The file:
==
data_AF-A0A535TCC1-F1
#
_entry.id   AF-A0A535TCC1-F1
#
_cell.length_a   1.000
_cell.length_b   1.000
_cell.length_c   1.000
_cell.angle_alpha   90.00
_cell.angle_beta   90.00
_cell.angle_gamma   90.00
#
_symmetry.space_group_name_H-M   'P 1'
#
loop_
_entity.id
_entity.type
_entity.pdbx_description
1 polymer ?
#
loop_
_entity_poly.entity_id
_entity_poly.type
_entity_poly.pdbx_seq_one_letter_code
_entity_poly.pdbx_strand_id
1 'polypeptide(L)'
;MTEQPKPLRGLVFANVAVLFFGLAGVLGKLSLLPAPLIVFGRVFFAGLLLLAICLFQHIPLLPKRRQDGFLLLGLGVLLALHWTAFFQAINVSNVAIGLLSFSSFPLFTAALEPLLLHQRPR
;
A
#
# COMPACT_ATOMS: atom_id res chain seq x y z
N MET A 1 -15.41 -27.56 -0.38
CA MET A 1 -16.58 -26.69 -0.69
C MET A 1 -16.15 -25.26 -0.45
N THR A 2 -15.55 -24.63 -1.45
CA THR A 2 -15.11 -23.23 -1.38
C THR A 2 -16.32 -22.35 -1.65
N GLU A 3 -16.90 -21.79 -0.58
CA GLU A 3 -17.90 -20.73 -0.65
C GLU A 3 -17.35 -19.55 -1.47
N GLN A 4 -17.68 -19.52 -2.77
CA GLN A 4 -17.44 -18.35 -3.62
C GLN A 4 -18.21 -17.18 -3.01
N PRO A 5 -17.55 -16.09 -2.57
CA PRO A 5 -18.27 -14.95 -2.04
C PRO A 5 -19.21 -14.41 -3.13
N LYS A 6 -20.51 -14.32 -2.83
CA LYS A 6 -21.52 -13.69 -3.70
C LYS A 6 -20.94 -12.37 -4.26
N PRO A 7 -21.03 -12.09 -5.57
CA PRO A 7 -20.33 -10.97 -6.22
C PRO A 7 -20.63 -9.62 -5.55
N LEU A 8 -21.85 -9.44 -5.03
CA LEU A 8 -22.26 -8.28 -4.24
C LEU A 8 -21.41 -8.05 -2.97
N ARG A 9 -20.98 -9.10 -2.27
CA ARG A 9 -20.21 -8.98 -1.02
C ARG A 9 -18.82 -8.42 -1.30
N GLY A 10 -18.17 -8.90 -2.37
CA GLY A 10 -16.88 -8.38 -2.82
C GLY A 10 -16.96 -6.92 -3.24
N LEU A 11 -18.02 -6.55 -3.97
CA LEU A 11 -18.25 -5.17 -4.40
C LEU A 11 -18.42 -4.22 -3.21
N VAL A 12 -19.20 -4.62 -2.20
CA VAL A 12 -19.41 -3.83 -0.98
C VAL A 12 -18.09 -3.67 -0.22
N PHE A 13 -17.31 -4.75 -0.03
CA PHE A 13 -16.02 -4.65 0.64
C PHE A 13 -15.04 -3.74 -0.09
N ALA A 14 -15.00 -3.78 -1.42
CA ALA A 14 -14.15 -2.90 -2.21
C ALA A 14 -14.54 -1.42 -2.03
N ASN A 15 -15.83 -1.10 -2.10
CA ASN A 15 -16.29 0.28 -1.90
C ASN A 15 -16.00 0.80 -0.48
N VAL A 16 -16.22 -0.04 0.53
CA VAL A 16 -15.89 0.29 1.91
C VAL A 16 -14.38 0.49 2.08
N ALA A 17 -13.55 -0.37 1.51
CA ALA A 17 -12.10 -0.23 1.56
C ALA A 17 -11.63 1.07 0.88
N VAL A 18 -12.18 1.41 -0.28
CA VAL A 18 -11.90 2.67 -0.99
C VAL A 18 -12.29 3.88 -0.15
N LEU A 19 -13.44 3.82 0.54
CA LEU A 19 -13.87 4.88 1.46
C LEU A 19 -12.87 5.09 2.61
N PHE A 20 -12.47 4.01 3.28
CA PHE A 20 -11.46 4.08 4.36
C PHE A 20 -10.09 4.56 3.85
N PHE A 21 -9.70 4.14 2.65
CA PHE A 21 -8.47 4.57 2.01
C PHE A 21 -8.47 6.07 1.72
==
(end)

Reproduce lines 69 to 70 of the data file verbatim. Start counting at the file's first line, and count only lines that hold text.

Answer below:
C PHE A 13 -15.04 -3.74 -0.09
N ALA A 14 -15.00 -3.78 -1.42